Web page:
A series of new public opinion polls reveals American and international attitudes towards international cooperation and the United Nations.

Just weeks before the US elections, the bi-partisan polling team of Public Opinion Strategies and Hart Research Associates conducted a poll of 800 registered voters on behalf of the Better World Campaign. The poll finds that American voters overwhelmingly support US maintaining active engagement in the United Nations — with 85% of voters saying this is “very important” or “somewhat important.” The poll also finds that six in ten US voters believe the UN supports American objectives around the world. This poll of registered voters also revealed a well of support for the World Health Organization, despite President Trump’s repeated efforts to scapegoat the WHO for his own failings. “Six in ten voters expressed a favorable opinion of WHO,” finds the survey. “In stark contrast to that decision, two-thirds of voters (67%) stated that the U.S. should not withdraw from WHO.”

A separate recent poll released by The Chicago Council on Global Affairs takes a deep dive into how partisan affiliations influence global outlook.

Chicago Council

From the poll:

Democrats also strongly advocate addressing global problems by working within the international community, pursuing solutions such as increasing US participation in international organizations (63%), providing humanitarian aid (59%), and signing international agreements (55%). They also say that international organizations should be more involved, including the World Health Organization (71%), the United Nations (68%), and the World Trade Organization (53%). Compared with Republicans, they are more likely to strongly agree that “problems like climate change and pandemics are so big that no country can solve them alone, and international cooperation is the only way we can make progress in solving these problems” (72% of Democrats strongly agree, compared to 36% of Republicans).

Republican views in favor of self-sufficiency are a function of their commitment to upholding US independence and sovereignty in international affairs. A majority of Republicans (61%) reject the idea that the United States should be more willing to make decisions within the United Nations if it means pursuing a policy that is not its first choice, putting them at direct odds with 84 percent of Democrats. In further contrast to Democrats, there is no Republican majority support for any international organization to be more involved in addressing the world’s problems.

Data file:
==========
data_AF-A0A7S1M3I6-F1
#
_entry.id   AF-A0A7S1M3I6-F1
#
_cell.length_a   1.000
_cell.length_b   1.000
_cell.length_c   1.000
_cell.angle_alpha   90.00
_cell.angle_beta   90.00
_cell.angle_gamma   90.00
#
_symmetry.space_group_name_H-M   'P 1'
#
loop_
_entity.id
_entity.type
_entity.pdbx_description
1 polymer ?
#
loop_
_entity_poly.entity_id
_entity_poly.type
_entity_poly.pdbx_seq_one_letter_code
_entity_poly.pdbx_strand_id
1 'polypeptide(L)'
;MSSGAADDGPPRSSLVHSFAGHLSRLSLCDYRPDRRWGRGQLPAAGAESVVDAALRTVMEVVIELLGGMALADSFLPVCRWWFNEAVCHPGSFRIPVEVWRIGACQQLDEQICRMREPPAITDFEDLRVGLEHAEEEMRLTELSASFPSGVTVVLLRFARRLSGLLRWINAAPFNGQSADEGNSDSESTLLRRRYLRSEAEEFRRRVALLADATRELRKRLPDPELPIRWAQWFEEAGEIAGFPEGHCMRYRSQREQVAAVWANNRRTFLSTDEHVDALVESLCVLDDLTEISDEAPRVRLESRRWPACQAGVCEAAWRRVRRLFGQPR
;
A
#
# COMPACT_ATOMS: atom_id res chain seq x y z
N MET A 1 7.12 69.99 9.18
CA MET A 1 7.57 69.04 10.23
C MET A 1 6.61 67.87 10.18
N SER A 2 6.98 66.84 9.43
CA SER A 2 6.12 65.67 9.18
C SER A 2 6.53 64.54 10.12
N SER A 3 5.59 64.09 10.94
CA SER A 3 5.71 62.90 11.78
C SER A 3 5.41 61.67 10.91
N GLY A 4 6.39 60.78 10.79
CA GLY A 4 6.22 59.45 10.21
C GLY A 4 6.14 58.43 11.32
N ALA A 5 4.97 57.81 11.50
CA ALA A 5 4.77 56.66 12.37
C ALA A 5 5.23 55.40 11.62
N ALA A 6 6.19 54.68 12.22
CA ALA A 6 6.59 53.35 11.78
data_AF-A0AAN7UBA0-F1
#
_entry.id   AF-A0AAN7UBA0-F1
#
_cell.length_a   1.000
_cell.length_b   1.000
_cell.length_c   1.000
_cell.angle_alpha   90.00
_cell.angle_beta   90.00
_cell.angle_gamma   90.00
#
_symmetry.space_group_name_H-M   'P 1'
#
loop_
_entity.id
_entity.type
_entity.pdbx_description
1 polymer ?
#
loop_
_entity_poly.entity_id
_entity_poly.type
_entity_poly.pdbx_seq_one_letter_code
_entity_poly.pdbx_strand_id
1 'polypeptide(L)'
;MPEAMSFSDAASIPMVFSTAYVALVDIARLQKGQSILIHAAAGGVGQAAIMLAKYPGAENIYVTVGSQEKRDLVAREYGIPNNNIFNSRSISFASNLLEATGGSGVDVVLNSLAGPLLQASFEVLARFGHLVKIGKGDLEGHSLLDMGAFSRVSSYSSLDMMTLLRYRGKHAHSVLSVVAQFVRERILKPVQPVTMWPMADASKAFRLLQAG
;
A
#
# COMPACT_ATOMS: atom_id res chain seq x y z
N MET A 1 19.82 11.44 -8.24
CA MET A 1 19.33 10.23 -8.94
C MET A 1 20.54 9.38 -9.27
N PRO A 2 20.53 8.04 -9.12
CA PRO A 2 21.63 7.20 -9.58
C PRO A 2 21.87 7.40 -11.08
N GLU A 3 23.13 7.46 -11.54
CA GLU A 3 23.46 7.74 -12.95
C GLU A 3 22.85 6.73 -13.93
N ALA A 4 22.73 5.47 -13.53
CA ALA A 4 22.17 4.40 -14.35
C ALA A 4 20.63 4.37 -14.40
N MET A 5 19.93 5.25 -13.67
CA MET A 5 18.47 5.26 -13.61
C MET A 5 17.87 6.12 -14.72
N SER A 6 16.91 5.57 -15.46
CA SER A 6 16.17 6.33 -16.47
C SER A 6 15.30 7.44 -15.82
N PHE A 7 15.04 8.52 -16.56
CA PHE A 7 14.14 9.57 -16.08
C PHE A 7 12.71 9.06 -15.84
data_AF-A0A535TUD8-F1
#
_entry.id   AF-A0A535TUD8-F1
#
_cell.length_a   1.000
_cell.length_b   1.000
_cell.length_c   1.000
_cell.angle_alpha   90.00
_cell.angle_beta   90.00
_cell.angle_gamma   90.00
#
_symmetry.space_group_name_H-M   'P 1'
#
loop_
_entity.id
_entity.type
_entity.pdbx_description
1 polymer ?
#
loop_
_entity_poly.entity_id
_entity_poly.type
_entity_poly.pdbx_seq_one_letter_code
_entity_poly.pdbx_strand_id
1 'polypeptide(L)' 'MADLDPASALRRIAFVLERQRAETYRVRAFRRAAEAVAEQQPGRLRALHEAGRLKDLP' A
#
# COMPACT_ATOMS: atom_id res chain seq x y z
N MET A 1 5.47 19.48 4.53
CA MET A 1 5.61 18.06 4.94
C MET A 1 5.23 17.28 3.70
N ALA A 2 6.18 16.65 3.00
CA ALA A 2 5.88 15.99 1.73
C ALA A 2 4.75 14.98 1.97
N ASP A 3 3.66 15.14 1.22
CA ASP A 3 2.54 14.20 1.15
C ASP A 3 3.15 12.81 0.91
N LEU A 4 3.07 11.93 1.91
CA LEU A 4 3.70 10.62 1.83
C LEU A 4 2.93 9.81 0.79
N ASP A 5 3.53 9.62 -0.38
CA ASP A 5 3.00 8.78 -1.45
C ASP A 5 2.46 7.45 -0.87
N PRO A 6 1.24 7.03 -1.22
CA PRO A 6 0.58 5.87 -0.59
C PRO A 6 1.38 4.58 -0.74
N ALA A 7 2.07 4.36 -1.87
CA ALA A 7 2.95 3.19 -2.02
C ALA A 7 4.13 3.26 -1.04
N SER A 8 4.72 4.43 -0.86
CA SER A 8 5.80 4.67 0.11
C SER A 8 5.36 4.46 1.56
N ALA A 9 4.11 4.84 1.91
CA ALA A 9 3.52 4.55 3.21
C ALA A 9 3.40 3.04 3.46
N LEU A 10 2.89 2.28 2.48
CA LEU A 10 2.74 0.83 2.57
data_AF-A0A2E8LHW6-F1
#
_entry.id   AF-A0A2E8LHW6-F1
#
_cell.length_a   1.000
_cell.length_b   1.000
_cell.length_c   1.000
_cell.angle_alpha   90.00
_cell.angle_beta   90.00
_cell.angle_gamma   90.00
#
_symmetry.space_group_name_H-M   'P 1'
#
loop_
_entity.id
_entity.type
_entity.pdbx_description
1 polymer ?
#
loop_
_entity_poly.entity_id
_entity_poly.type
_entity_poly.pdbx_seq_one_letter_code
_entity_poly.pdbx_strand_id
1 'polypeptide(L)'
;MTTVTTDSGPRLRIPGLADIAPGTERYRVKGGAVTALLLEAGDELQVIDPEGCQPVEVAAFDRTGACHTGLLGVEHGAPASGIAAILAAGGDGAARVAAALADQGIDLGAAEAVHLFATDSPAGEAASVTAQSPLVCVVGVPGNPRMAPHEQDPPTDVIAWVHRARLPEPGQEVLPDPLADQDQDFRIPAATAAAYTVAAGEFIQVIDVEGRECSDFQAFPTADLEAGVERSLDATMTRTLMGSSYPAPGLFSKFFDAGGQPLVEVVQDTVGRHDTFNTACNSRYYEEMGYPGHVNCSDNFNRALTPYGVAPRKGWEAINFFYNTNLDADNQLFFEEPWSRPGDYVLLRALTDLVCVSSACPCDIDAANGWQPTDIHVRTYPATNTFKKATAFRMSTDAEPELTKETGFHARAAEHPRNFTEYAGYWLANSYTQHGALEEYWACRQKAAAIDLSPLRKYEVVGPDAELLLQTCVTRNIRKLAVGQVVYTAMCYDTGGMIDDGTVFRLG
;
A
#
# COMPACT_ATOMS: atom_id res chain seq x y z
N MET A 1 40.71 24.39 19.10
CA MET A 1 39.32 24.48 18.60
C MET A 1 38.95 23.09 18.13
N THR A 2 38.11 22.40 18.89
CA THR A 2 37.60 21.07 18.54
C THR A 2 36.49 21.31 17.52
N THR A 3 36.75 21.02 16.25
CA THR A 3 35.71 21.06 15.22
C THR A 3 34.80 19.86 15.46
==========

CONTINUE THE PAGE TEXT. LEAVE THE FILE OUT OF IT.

Meanwhile, a large poll surveying over 14,000 people across 14 major economies also finds high approval ratings for the United Nations. The poll was conducted by Pew Research Centers and reveals a 63% approval rating for the United Nations among people living in 14 of the UN’s top 20 funders. According to that polling data, the generally favorable views of the United Nations flow from the belief of those surveyed that international cooperation can help solve problems in their own countries.

To be sure, partisan affiliation here in the US strongly influences American preferences and views of the United Nations. But taken together, these polls demonstrate a remarkable consistency of support for international cooperation in general and the United Nations in particular — across the world and within the United States.

 

 

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